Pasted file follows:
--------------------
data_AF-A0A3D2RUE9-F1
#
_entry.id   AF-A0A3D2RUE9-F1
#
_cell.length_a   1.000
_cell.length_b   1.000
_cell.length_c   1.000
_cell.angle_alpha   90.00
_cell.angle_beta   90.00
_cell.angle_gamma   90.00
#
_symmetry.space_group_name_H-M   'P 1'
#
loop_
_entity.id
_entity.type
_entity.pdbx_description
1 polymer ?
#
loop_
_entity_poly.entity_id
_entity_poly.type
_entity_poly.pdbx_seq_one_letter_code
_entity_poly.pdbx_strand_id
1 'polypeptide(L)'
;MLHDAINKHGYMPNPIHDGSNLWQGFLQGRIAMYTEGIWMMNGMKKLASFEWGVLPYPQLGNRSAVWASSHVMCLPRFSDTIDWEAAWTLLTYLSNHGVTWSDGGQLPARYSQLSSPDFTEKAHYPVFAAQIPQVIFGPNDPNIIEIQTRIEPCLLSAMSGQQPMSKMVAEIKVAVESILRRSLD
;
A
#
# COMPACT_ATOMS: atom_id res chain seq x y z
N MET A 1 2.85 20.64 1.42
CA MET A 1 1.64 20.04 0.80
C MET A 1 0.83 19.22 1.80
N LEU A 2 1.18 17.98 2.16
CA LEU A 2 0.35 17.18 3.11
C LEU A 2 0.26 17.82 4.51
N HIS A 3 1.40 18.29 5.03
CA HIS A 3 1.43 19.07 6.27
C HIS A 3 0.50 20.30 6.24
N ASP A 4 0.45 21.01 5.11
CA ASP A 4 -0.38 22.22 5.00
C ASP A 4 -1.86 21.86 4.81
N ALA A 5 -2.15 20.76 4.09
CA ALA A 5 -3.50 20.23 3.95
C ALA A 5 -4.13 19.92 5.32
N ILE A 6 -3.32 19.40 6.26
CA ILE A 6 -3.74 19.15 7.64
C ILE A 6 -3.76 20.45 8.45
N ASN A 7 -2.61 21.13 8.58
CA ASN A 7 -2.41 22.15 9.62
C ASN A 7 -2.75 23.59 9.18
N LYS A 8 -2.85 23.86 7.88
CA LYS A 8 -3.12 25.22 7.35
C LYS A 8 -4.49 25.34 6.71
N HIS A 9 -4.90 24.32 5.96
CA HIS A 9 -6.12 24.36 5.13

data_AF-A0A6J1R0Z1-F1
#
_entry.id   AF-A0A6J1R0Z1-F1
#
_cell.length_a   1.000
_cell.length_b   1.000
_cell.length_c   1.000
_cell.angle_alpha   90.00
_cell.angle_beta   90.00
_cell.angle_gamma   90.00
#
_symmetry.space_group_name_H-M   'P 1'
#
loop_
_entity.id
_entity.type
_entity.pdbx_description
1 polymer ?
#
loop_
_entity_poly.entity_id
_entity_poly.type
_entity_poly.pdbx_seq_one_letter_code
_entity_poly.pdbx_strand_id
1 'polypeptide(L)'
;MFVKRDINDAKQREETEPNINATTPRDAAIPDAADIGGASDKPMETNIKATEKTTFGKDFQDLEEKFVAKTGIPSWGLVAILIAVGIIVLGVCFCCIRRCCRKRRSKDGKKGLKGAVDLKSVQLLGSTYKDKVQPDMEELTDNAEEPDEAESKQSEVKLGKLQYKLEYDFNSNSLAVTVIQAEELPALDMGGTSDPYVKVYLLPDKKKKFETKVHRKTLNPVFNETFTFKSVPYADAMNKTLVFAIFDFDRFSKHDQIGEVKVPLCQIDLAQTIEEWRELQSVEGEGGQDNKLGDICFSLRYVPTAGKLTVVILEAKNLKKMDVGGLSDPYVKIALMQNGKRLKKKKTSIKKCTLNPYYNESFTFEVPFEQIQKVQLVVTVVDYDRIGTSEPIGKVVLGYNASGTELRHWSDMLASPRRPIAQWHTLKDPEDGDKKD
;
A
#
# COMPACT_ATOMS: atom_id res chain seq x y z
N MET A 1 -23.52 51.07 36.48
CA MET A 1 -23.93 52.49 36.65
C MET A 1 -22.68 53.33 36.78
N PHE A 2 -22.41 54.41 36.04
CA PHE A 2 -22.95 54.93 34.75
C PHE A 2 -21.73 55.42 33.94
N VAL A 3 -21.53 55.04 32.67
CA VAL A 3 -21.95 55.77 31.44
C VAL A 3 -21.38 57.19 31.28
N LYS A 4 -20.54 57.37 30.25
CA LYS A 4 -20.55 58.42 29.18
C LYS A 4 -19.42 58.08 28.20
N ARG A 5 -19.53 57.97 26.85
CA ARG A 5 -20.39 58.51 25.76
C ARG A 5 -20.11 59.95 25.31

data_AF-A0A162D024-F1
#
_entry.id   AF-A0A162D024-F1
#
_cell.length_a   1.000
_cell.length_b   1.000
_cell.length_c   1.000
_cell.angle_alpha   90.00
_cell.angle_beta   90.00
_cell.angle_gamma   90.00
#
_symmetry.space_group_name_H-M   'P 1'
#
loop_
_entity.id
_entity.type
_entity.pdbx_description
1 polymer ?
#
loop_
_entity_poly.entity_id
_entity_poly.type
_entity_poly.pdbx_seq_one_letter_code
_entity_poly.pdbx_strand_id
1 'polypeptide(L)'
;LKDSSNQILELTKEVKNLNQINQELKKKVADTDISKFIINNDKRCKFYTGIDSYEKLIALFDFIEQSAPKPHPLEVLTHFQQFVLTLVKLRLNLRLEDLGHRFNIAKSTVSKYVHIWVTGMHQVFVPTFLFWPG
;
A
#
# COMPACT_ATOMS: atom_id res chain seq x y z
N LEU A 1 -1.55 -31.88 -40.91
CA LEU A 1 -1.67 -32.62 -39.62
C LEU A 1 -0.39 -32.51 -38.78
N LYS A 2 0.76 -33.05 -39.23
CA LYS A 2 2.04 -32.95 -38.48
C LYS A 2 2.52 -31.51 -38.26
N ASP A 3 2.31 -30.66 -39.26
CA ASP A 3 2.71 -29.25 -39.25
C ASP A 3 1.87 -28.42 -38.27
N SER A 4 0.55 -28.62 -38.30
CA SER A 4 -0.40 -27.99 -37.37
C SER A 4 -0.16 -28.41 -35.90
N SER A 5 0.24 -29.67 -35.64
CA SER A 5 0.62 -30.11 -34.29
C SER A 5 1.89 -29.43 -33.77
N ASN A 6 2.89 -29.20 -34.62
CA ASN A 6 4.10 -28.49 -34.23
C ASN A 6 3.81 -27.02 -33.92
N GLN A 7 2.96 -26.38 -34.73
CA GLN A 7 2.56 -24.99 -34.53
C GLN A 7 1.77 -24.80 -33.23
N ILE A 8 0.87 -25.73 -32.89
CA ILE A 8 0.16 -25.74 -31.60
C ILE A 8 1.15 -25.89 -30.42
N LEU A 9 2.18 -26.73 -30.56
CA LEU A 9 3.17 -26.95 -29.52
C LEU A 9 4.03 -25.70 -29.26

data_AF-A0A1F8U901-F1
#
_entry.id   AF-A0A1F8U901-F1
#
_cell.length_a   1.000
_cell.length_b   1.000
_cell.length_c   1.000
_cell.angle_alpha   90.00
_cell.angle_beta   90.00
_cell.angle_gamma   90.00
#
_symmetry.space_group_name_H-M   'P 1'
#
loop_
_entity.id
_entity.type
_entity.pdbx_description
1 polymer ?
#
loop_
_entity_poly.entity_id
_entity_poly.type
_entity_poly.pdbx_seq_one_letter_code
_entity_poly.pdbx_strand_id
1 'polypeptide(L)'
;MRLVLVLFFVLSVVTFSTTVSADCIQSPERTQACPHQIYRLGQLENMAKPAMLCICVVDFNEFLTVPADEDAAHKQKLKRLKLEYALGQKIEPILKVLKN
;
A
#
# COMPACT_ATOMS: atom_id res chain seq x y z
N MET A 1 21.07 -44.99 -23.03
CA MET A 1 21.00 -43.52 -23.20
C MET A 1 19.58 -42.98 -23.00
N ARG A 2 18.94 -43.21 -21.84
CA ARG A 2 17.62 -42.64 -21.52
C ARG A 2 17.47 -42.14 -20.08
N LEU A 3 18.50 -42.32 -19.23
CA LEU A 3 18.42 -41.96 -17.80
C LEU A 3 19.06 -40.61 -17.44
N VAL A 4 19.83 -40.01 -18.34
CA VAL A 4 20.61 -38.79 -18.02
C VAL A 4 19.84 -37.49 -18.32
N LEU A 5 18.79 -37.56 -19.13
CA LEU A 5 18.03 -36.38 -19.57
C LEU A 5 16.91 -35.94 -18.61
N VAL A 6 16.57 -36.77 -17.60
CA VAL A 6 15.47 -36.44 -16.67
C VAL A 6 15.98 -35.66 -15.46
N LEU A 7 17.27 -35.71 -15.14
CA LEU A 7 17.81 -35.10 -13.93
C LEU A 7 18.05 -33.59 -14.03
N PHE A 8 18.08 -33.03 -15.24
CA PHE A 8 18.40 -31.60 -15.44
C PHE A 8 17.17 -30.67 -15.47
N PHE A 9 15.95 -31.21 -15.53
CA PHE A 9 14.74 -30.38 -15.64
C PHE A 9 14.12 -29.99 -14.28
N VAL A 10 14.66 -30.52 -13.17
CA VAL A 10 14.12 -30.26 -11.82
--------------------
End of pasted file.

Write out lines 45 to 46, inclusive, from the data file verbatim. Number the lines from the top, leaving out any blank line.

C ALA A 5 -4.13 19.92 5.32
N ILE A 6 -3.32 19.40 6.26